The life of a knight in the medieval period. Jousting, warfare, and tournaments.
Medieval Knights and Warfare
BY DAVID ROSS, EDITOR
After the lord on the social ladder came the knight. The path to knighthood began at the age of seven, when a vassal sent his son to the lord's house to become a page. For seven years a page was cared for by the women of the house, who instructed him in comportment, courtesy, cleanliness, and religion.At 14 the page became a squire, a personal attendant to a knight. From the knight he learned riding and all the skills of war, as well as hunting, hawking, and other sports.
The Knightly Code
Imported from France in the 12th century, tournaments were an essential part of military and social life. These "war games" consisted of individual contests (jousts), and group combat. Lances and swords were blunted, but tournaments were a place where reputations were made, so the fighting was hard and dangerous. Prizes were given to the winners, and some knights, such as the famous William Marshall, made their fortunes on the tournament circuit, much as a modern rodeo rider might in the American West.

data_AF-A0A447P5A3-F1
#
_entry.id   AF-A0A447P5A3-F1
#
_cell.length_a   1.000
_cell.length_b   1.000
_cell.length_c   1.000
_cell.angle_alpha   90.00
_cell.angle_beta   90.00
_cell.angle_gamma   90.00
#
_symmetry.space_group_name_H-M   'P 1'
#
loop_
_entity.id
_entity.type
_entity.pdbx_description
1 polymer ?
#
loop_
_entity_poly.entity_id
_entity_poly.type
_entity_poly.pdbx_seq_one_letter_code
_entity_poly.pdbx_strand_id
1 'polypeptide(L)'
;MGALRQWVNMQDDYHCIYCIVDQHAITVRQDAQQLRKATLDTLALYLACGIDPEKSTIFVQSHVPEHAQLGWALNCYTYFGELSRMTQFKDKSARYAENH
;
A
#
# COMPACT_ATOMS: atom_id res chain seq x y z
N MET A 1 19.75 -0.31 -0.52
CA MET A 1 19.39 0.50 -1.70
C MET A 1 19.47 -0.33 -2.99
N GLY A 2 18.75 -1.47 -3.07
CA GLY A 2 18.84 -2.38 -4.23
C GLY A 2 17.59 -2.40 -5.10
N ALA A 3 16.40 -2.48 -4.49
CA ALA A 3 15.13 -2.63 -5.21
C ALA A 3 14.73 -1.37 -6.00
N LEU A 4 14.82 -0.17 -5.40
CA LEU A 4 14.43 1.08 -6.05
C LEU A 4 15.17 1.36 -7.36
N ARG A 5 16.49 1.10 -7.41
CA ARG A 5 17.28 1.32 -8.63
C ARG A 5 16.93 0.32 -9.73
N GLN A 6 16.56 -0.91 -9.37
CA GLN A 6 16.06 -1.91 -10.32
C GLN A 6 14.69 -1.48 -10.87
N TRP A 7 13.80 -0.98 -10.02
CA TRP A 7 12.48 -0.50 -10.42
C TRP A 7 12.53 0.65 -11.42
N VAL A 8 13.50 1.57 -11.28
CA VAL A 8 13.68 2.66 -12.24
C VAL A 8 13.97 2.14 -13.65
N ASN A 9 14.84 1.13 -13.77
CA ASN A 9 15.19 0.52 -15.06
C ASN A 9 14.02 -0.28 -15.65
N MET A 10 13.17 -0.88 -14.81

The armour worn in tourneys was different from regular battle gear. It was very heavy and padded inside. It was also extremely cumbersome.
Contents © David Ross and Britain Express
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